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E +10 (Everyone)



Q4 2005


- Touchscreen spellcasting is fun

- Monotony might not affect younger gamers



- Long, linear and boring

- Simplistic and at times frustrating combat

- Missed a great opporunity to explore the book rather than just the film source



Review: Mario & Luigi: Partners in Time (DS)

Review: Phoenix Wright: Ace Attorney (DS)

Review: Trace Memory (DS)

Review: Harry Potter and the Goblet of Fire (XB)



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Harry Potter and the Goblet of Fire

Score: 5.0 / 10


Harry Potter has been an extremely successful property -- books, movies, and games.  But if they were all like the DS version of Harry Potter and the Goblet of Fire the boy wizard would have been forgotten a long time ago.  In short, Goblet of Fire is downright boring.  It lacks a coherent sense of purpose and as levels drag on and on you'll wish you were playing something, anything more interesting.


harry potter and the goblet of fire         harry potter and the goblet of fire


You play as Harry, Hermoine and Ron on their way to face the challenges of the Triwizard Tournament, adhering to the events of the film rather than including any new elements drawn directly from the books. (Licensed properties must be such a bitch to work with.)  Along the way you'll collect jelly beans, learn new (context sensitive) spells and generall attempt to get the three wizards-in-training working together to complete each level.





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Each level you face is just as directionless as the last.  More accurately, the levels are so long and linear that there's no feeling of actually accomplishing anything.  If the puzzles were more of a challenge the extreme linearity might have been masked somewhat but Harry and Co. will be able to overcome everything with the press of a button since the spells are context sensitive, which means that once you've learned a spell it will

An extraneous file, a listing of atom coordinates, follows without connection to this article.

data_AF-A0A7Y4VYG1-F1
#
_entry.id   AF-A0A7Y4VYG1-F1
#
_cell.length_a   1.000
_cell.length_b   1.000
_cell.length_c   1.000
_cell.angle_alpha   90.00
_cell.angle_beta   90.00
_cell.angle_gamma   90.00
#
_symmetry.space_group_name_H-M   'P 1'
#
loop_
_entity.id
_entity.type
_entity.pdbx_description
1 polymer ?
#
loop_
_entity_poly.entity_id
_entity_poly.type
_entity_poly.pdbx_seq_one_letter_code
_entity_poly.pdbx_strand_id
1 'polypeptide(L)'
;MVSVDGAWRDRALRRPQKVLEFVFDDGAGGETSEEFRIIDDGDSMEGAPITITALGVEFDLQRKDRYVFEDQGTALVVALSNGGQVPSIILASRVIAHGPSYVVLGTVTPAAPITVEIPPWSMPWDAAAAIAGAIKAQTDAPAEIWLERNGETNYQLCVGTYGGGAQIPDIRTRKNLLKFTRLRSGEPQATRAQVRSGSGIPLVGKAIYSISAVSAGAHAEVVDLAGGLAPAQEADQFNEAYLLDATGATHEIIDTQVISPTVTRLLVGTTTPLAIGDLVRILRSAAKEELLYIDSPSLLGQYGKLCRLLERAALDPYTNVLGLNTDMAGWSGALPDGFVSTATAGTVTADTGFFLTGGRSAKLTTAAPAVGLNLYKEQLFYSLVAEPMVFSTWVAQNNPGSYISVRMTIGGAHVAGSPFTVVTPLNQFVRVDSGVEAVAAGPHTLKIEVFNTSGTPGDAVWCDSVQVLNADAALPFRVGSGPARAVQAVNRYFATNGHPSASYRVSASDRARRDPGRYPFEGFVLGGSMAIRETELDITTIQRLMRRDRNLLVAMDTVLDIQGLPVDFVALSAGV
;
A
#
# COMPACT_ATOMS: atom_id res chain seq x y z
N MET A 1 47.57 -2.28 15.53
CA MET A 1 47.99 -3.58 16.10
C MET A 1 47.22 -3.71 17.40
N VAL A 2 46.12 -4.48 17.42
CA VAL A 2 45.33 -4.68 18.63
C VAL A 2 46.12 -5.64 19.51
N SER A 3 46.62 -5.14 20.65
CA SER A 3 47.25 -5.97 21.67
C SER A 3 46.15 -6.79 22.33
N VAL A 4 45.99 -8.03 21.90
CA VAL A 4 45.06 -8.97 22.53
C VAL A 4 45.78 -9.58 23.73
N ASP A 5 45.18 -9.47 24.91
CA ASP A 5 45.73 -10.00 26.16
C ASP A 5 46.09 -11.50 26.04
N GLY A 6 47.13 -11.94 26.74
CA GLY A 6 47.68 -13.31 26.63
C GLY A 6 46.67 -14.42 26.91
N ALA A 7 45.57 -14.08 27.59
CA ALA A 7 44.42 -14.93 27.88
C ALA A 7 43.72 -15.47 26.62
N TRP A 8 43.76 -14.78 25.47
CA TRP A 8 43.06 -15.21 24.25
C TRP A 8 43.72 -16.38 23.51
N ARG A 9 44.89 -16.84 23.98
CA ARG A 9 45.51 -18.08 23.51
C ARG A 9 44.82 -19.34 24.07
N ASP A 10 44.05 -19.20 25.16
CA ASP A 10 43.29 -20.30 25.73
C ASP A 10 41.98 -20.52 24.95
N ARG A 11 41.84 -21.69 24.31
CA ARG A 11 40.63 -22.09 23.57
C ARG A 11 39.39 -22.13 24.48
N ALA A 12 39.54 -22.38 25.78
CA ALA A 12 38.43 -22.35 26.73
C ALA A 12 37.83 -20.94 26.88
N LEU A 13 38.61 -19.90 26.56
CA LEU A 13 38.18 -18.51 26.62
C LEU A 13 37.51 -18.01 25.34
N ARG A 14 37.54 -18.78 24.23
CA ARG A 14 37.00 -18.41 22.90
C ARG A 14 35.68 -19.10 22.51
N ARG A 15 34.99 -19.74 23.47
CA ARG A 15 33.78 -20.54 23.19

always activate when you need it.  (The spell that reassembles broken objects will automatically change to the spell required to lift a reassembled object -- there's no confusing spell switching.)  Some spells require teamwork like to lift really big rocks but that's about as challenging as it gets.


Killing the little beasties and blasting chests throughout the game yields jelly beans, health points in the form of chocolate frogs, and other items.  Cards are collected along the way or bought with the jelly beans you've collected.  If this was an attempt at an role-playing game sensibility, the development team failed miserably.  Unfortunately the "hack 'n' slash" action is more "hack 'n' whiff" than anything approaching fun.  The aiming "system" is lackluster -- hitting anything can be a challenge.  The touchscreen comes into play during seemingly random one-on-one encounters with enemies.  You're presented with three attacks options then perform the required actions (tap the screen, trace a glyph, etc.) to send out a blast of magic.  After attacked you get put on defense and use the touchscreen to throw up a shield, redirect enegy bolts, etc.  I enjoyed these sections of the game but because they're so random they couldn't be counted on to appear at at regularity.


Like the console version, Goblet of Fire doesn't actually pull any assets directly from the film.  Instead there are drawn sketches.  What voice work there is is supplied by the cast.  Both the audio and visual aspects work well enough but it's not in line with what one usually expects from an EA game based on a film.


Harry Potter and the Goblet of Fire is basically dreck.  I should have been a straight-up action game or a full-fledged role-playing game with a coherent story to accompany more connected levels.  Instead it's long, boring and not worth anyone's time, even if the touchscreen spellcasting is kind of fun.


- D.D. Nunavut

(February 7, 2006)


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